To find out, St. Hilaire tells Mental Floss, he contacted the Penn Vet Working Dog Center, a research and training center for detection dogs. In December 2017, Red Arch, the Working Dog Center, and the Penn Museum (which is providing the artifacts to train the dogs) launched K-9 Artifact Finders, and in late January 2018, the five dogs selected for the project began their training, starting with learning the distinct smell of ancient pottery.

“Our theory is, it is a porous material that’s going to have a lot more odor than, say, a metal,” says Cindy Otto, the executive director of the Penn Vet Working Dog Center and the project’s principal investigator.

As you might imagine, museum curators may not be keen on exposing fragile ancient materials to four Labrador retrievers and a German shepherd, and the Working Dog Center didn’t want to take any risks with the Penn Museum’s priceless artifacts. So instead of letting the dogs have free rein to sniff the materials themselves, the project is using cotton balls. The researchers seal the artifacts (broken shards of Syrian pottery) in airtight bags with a cotton ball for 72 hours, then ask the dogs to find the cotton balls in the lab. They’re being trained to disregard the smell of the cotton ball itself, the smell of the bag it was stored in, and ideally, the smell of modern-day pottery, eventually being able to zero in on the smell that distinguishes ancient pottery specifically.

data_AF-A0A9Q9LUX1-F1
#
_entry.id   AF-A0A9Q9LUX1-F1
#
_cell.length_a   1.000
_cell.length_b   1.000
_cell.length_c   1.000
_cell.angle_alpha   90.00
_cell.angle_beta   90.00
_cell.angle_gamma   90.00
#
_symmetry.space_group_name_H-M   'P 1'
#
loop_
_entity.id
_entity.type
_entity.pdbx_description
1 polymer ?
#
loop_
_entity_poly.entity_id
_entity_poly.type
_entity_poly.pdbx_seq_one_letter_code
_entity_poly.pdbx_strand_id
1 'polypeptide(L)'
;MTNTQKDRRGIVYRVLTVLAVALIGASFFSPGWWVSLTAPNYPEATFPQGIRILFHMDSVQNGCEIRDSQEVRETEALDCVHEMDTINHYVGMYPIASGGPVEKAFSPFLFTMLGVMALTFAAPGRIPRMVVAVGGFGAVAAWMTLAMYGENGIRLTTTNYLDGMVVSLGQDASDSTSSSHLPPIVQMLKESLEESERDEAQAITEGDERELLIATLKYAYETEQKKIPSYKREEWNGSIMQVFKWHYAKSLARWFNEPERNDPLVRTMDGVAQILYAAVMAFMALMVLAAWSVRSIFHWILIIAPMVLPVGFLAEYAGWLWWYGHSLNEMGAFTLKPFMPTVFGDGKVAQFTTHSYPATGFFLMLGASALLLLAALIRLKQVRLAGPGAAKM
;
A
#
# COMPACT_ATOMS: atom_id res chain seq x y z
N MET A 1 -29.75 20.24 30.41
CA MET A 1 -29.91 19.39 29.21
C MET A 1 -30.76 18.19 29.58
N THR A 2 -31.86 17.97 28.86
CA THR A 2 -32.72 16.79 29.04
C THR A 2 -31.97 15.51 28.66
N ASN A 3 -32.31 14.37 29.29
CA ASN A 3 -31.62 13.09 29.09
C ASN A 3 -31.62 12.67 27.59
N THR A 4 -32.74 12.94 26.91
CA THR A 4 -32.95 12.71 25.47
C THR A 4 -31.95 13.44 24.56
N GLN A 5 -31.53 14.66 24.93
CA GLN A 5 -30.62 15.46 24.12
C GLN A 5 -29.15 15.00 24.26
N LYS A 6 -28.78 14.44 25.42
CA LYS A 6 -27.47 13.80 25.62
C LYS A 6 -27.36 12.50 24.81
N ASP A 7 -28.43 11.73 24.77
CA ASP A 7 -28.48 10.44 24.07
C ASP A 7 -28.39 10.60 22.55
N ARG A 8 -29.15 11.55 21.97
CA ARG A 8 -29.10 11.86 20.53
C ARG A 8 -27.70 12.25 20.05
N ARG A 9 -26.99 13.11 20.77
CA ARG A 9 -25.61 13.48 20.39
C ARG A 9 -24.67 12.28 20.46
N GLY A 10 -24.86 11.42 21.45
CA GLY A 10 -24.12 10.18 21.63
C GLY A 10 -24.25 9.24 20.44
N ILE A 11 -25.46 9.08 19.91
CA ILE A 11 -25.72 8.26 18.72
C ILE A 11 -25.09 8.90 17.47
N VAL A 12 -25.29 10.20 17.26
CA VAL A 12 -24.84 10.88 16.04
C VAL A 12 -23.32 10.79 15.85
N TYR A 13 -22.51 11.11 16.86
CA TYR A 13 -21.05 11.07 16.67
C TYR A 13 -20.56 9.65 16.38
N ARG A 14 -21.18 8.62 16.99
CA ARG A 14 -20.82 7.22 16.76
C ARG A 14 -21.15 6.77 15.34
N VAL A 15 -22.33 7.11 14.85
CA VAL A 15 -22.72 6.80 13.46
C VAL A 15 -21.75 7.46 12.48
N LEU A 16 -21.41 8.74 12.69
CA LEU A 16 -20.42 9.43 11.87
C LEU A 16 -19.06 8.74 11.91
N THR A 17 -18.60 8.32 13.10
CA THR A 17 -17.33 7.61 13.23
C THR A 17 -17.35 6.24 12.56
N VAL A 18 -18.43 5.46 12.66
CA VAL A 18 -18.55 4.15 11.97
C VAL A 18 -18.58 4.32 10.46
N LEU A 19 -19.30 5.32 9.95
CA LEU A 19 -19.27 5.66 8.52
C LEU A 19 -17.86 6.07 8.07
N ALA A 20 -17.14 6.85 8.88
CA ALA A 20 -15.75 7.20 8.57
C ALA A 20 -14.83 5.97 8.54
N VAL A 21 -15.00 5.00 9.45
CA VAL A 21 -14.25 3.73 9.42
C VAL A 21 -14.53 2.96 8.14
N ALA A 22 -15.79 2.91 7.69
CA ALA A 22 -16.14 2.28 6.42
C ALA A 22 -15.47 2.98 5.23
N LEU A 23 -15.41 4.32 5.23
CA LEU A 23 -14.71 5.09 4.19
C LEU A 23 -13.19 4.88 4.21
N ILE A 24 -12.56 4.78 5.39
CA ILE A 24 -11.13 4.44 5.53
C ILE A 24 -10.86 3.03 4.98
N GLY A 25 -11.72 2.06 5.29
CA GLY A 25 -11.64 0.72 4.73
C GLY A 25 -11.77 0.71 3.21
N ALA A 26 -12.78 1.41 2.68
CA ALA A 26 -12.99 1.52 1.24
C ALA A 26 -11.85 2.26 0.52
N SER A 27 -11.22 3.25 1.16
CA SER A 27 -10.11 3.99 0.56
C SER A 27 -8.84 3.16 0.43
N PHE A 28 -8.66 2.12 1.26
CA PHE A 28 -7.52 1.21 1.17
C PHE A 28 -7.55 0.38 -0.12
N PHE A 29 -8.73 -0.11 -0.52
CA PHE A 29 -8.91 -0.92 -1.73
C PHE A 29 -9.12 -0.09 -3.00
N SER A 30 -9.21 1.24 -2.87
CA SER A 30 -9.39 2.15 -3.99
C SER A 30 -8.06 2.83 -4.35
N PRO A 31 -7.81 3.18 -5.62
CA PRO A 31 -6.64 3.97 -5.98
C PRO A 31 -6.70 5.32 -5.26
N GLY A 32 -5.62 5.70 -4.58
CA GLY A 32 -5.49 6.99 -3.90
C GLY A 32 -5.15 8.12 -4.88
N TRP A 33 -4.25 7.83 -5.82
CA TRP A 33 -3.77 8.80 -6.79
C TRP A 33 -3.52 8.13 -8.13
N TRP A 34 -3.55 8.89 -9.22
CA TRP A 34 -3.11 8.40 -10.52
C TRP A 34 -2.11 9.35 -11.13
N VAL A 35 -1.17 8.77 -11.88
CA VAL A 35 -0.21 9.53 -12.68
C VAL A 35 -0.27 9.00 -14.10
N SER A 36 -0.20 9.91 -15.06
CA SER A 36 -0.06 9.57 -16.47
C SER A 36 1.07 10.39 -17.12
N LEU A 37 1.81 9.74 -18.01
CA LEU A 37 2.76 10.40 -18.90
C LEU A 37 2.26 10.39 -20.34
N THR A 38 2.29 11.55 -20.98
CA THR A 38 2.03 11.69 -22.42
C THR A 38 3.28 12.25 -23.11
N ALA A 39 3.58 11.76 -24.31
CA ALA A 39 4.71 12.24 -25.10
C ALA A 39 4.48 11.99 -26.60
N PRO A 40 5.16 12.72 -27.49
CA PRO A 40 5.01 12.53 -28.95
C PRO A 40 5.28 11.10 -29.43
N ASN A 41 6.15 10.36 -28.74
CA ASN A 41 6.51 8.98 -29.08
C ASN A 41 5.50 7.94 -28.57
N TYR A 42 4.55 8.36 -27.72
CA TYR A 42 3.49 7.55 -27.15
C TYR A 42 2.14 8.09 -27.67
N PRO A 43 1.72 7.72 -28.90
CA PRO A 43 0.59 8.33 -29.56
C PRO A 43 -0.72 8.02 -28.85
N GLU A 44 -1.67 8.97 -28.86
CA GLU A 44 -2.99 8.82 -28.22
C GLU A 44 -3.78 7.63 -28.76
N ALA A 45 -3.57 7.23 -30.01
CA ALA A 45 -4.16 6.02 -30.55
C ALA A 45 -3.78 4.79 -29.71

A dog looks out over the metal "pinhweel" training mechanism.
Penn Vet Working Dog Center